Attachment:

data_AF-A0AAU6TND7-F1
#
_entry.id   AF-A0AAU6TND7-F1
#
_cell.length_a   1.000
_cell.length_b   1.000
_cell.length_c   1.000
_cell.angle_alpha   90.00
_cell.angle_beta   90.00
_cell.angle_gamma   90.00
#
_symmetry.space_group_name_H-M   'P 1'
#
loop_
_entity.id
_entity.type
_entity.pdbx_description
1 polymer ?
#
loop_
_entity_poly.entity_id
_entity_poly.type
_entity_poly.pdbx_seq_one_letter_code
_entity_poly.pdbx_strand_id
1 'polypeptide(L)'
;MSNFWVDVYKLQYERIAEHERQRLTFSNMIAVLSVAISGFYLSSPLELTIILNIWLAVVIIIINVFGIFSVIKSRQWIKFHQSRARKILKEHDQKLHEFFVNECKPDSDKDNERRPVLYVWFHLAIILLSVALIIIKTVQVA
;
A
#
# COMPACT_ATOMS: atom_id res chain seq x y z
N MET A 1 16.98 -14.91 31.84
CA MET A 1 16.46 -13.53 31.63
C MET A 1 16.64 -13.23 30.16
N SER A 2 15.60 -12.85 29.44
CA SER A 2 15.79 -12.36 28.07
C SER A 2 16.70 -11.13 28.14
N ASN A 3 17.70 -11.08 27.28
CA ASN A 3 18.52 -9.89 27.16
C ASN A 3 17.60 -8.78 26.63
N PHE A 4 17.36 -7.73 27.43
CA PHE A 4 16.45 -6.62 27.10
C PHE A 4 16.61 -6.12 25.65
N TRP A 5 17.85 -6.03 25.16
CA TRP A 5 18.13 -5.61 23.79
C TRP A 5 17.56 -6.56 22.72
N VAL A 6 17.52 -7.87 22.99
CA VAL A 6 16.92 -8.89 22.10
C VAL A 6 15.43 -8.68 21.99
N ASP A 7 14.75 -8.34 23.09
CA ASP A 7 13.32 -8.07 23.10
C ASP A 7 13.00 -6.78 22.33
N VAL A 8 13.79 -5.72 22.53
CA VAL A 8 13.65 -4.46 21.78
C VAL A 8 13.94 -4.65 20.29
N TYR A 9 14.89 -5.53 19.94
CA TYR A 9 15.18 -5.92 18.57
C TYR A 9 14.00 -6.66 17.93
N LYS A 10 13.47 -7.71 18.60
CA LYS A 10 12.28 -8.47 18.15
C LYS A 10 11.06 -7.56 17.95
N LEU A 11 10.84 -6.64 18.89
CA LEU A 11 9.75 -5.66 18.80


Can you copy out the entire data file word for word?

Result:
data_AF-A0AAU6TND7-F1
#
_entry.id   AF-A0AAU6TND7-F1
#
_cell.length_a   1.000
_cell.length_b   1.000
_cell.length_c   1.000
_cell.angle_alpha   90.00
_cell.angle_beta   90.00
_cell.angle_gamma   90.00
#
_symmetry.space_group_name_H-M   'P 1'
#
loop_
_entity.id
_entity.type
_entity.pdbx_description
1 polymer ?
#
loop_
_entity_poly.entity_id
_entity_poly.type
_entity_poly.pdbx_seq_one_letter_code
_entity_poly.pdbx_strand_id
1 'polypeptide(L)'
;MSNFWVDVYKLQYERIAEHERQRLTFSNMIAVLSVAISGFYLSSPLELTIILNIWLAVVIIIINVFGIFSVIKSRQWIKFHQSRARKILKEHDQKLHEFFVNECKPDSDKDNERRPVLYVWFHLAIILLSVALIIIKTVQVA
;
A
#
# COMPACT_ATOMS: atom_id res chain seq x y z
N MET A 1 16.98 -14.91 31.84
CA MET A 1 16.46 -13.53 31.63
C MET A 1 16.64 -13.23 30.16
N SER A 2 15.60 -12.85 29.44
CA SER A 2 15.79 -12.36 28.07
C SER A 2 16.70 -11.13 28.14
N ASN A 3 17.70 -11.08 27.28
CA ASN A 3 18.52 -9.89 27.16
C ASN A 3 17.60 -8.78 26.63
N PHE A 4 17.36 -7.73 27.43
CA PHE A 4 16.45 -6.62 27.10
C PHE A 4 16.61 -6.12 25.65
N TRP A 5 17.85 -6.03 25.16
CA TRP A 5 18.13 -5.61 23.79
C TRP A 5 17.56 -6.56 22.72
N VAL A 6 17.52 -7.87 22.99
CA VAL A 6 16.92 -8.89 22.10
C VAL A 6 15.43 -8.68 21.99
N ASP A 7 14.75 -8.34 23.09
CA ASP A 7 13.32 -8.07 23.10
C ASP A 7 13.00 -6.78 22.33
N VAL A 8 13.79 -5.72 22.53
CA VAL A 8 13.65 -4.46 21.78
C VAL A 8 13.94 -4.65 20.29
N TYR A 9 14.89 -5.53 19.94
CA TYR A 9 15.18 -5.92 18.57
C TYR A 9 14.00 -6.66 17.93
N LYS A 10 13.47 -7.71 18.60
CA LYS A 10 12.28 -8.47 18.15
C LYS A 10 11.06 -7.56 17.95
N LEU A 11 10.84 -6.64 18.89
CA LEU A 11 9.75 -5.66 18.80